Incompatibility of employees
A company has an employee who continually lays grievances against management, lodges complaints at the Department of Labour, and refers disputes to the CCMA (in which he is always unsuccessful). Management is frustrated with the employee but cannot find enough evidence of any offence and the employee does his work reasonably well. However, his actions are causing disharmony amongst his fellow employees and with management. Management feels that they cannot tolerate such an employee but are wary to proceed with any action against him as they know that they will face another referral to the CCMA. Such an employee may have become incompatible with the Company.
Can an employee be dismissed for incompatibility?
Incompatibility has been recognized by our courts as a valid ground for dismissal. It is more often categorized as a dismissal for incapacity, if the employee concerned is not to blame for the conduct that renders him incompatible with his colleagues. On the other hand, if the employee concerned is to blame for his behaviour, termination of his employment can be viewed as a dismissal for misconduct. It is important to be aware of these distinctions as it dictates the procedure that must be followed in dealing with the employee.
What is “incompatibility”?
It arises when an employee is unable to work in harmony with his colleagues, or is unable to adapt to the “corporate culture” of the company. The rationale for the dismissal of such employees is the right of an employer to expect their employees to adapt to the employer’s norms and standards, and to conduct themselves in a manner acceptable to other employees.
When can it be said that an employee has become “incompatible”?
Employees become incompatible when their colleagues, subordinates or superiors are unable to tolerate their behaviour. Incompatibility therefore reflects a breakdown in interpersonal relationships. Incompatibility can seldom arise from an isolated incident, unless the employee’s conduct on that single occasion was so grossly unacceptable that it resulted in the permanent damage the working relationship. Although incompatibility may at times be difficult to identify, it is in essence an irreconcilable breakdown in the working relationship caused by personality differences, resulting in the employee’s inability to work with others. When the continued employment of the employee concerned causes disharmony in the workplace, the employer is entitled to address the problem, and if it does not improve, to remove the cause of the disharmony by dismissing the employee. The Appellate Division of the former Supreme Court has gone so far as to suggest that the contract of employment cont ains an implied term that the employee will not act in such a way as to cause disharmony and a breakdown in the employment relationship.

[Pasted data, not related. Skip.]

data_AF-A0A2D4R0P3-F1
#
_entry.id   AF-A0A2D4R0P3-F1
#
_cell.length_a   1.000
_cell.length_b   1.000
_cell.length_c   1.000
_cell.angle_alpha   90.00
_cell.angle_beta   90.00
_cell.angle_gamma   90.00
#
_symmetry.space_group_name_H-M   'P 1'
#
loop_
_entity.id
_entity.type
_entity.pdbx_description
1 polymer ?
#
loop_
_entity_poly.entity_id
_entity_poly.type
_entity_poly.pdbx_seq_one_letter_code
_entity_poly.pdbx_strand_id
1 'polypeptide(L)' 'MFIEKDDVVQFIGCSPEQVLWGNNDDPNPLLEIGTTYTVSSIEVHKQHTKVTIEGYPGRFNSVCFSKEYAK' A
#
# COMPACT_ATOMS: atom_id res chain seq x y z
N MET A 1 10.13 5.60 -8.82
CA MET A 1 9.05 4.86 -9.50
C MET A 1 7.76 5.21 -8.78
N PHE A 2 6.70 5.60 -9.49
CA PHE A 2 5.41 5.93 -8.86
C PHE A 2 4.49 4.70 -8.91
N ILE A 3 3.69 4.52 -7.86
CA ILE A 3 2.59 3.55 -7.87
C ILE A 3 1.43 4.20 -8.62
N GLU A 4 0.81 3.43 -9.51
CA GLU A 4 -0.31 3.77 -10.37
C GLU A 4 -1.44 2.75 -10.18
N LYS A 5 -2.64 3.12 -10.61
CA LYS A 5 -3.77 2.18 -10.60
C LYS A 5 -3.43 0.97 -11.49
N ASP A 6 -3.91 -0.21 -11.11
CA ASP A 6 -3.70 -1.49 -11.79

When will a dismissal for incompatibility be substantively fair?
The test for the substantive fairness of a dismissal for incompatibility may be formulated as follows:
1) Did the employee’s conduct cause disharmony or tension in the workplace?
2) Was the disharmony and tension the result of the employee’s behaviour?
3)Was the disharmony and/or tension irremediable? (Could it be corrected?)
4)Did the disharmony and/or tension have an adverse or potentially adverse effect on the employer’s business?
5)Was the termination of the employee’s contract the only reasonable way in which the cause of the disharmony and/or tension could be removed?
The incompatibility must have caused an irremediable breakdown if dismissal is to be accepted as a fair solution to the problem. Dismissal for incompatibility is an act of last resort; dismissal is not accepted as justified if the employee has not been counselled.
When will a dismissal for incompatibility be procedurally fair?
Where there is incompatibility, the employee must be advised:
1)What conduct allegedly causes the disharmony;
2)Who has been upset by the conduct;
3)What remedial action is suggested to remove the incompatibility;
4)That the employee be given a fair opportunity to consider the allegations and prepare a reply thereto;
5)That he be given a proper opportunity of putting forward his version; and
6)That where it was found that he was responsible for the disharmony he must be given a fair opportunity to remove the cause for the disharmony.
In Jabari v Telkom SA (Pty) Ltd  10 BLLR 924 (LC), the employee initiated grievance and legal proceedings against the employer’s management and rejected a voluntary severance package. He was charged with incompatibility and dismissed. The Labour Court stated that an employer is entitled to set reasonable standards pertaining to relationships in the workplace and confirm the approach as described here above. However, in this case, the employer’s contention that the employment relationship had irretrievably broken down was not proven by the evidence. The employee’s dismissal therefore constituted victimisation, which rendered the dismissal automatically unfair